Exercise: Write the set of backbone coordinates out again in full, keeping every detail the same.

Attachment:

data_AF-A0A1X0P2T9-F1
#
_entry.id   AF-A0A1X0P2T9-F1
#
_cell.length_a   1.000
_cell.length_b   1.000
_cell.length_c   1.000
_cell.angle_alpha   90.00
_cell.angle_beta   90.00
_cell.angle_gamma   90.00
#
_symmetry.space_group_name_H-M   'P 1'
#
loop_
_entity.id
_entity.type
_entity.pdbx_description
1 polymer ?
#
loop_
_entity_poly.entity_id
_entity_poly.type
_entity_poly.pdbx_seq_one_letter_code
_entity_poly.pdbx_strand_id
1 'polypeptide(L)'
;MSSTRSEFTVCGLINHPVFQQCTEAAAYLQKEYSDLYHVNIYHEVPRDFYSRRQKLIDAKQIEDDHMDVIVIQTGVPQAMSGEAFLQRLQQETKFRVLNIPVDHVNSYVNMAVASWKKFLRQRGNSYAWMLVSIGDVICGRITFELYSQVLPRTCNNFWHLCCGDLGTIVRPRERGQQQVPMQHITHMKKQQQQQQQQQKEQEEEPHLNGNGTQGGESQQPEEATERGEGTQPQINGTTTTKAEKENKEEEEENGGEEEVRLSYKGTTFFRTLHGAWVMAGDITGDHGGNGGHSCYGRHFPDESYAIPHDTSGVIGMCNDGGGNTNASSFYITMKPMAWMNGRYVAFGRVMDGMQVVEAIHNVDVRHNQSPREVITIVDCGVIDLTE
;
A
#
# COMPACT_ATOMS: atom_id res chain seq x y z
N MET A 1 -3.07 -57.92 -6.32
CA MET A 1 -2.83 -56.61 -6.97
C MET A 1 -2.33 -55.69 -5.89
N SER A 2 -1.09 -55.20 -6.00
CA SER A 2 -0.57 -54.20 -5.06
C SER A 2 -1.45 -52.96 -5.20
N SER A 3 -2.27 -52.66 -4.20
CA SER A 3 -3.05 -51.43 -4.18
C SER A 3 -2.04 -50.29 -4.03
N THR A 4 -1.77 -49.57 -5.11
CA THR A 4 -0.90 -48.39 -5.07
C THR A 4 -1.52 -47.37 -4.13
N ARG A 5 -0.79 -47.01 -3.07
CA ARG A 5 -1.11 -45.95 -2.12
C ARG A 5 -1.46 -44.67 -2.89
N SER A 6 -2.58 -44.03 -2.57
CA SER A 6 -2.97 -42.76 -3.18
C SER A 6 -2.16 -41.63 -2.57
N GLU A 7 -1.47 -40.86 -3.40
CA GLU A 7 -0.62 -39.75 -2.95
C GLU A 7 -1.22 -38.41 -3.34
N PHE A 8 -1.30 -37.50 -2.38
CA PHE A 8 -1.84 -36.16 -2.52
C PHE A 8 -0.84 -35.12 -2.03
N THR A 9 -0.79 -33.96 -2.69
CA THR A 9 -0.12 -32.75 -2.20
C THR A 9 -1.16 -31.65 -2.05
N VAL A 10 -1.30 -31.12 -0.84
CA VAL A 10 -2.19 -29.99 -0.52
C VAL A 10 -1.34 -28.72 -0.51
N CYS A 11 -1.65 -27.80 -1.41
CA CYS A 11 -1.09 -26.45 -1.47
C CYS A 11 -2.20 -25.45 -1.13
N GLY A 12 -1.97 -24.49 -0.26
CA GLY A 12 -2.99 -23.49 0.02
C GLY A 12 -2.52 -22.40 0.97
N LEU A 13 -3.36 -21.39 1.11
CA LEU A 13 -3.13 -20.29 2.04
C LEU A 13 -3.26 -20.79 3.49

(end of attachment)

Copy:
data_AF-A0A1X0P2T9-F1
#
_entry.id   AF-A0A1X0P2T9-F1
#
_cell.length_a   1.000
_cell.length_b   1.000
_cell.length_c   1.000
_cell.angle_alpha   90.00
_cell.angle_beta   90.00
_cell.angle_gamma   90.00
#
_symmetry.space_group_name_H-M   'P 1'
#
loop_
_entity.id
_entity.type
_entity.pdbx_description
1 polymer ?
#
loop_
_entity_poly.entity_id
_entity_poly.type
_entity_poly.pdbx_seq_one_letter_code
_entity_poly.pdbx_strand_id
1 'polypeptide(L)'
;MSSTRSEFTVCGLINHPVFQQCTEAAAYLQKEYSDLYHVNIYHEVPRDFYSRRQKLIDAKQIEDDHMDVIVIQTGVPQAMSGEAFLQRLQQETKFRVLNIPVDHVNSYVNMAVASWKKFLRQRGNSYAWMLVSIGDVICGRITFELYSQVLPRTCNNFWHLCCGDLGTIVRPRERGQQQVPMQHITHMKKQQQQQQQQQKEQEEEPHLNGNGTQGGESQQPEEATERGEGTQPQINGTTTTKAEKENKEEEEENGGEEEVRLSYKGTTFFRTLHGAWVMAGDITGDHGGNGGHSCYGRHFPDESYAIPHDTSGVIGMCNDGGGNTNASSFYITMKPMAWMNGRYVAFGRVMDGMQVVEAIHNVDVRHNQSPREVITIVDCGVIDLTE
;
A
#
# COMPACT_ATOMS: atom_id res chain seq x y z
N MET A 1 -3.07 -57.92 -6.32
CA MET A 1 -2.83 -56.61 -6.97
C MET A 1 -2.33 -55.69 -5.89
N SER A 2 -1.09 -55.20 -6.00
CA SER A 2 -0.57 -54.20 -5.06
C SER A 2 -1.45 -52.96 -5.20
N SER A 3 -2.27 -52.66 -4.20
CA SER A 3 -3.05 -51.43 -4.18
C SER A 3 -2.04 -50.29 -4.03
N THR A 4 -1.77 -49.57 -5.11
CA THR A 4 -0.90 -48.39 -5.07
C THR A 4 -1.52 -47.37 -4.13
N ARG A 5 -0.79 -47.01 -3.07
CA ARG A 5 -1.11 -45.95 -2.12
C ARG A 5 -1.46 -44.67 -2.89
N SER A 6 -2.58 -44.03 -2.57
CA SER A 6 -2.97 -42.76 -3.18
C SER A 6 -2.16 -41.63 -2.57
N GLU A 7 -1.47 -40.86 -3.40
CA GLU A 7 -0.62 -39.75 -2.95
C GLU A 7 -1.22 -38.41 -3.34
N PHE A 8 -1.30 -37.50 -2.38
CA PHE A 8 -1.84 -36.16 -2.52
C PHE A 8 -0.84 -35.12 -2.03
N THR A 9 -0.79 -33.96 -2.69
CA THR A 9 -0.12 -32.75 -2.20
C THR A 9 -1.16 -31.65 -2.05
N VAL A 10 -1.30 -31.12 -0.84
CA VAL A 10 -2.19 -29.99 -0.52
C VAL A 10 -1.34 -28.72 -0.51
N CYS A 11 -1.65 -27.80 -1.41
CA CYS A 11 -1.09 -26.45 -1.47
C CYS A 11 -2.20 -25.45 -1.13
N GLY A 12 -1.97 -24.49 -0.26
CA GLY A 12 -2.99 -23.49 0.02
C GLY A 12 -2.52 -22.40 0.97
N LEU A 13 -3.36 -21.39 1.11
CA LEU A 13 -3.13 -20.29 2.04
C LEU A 13 -3.26 -20.79 3.49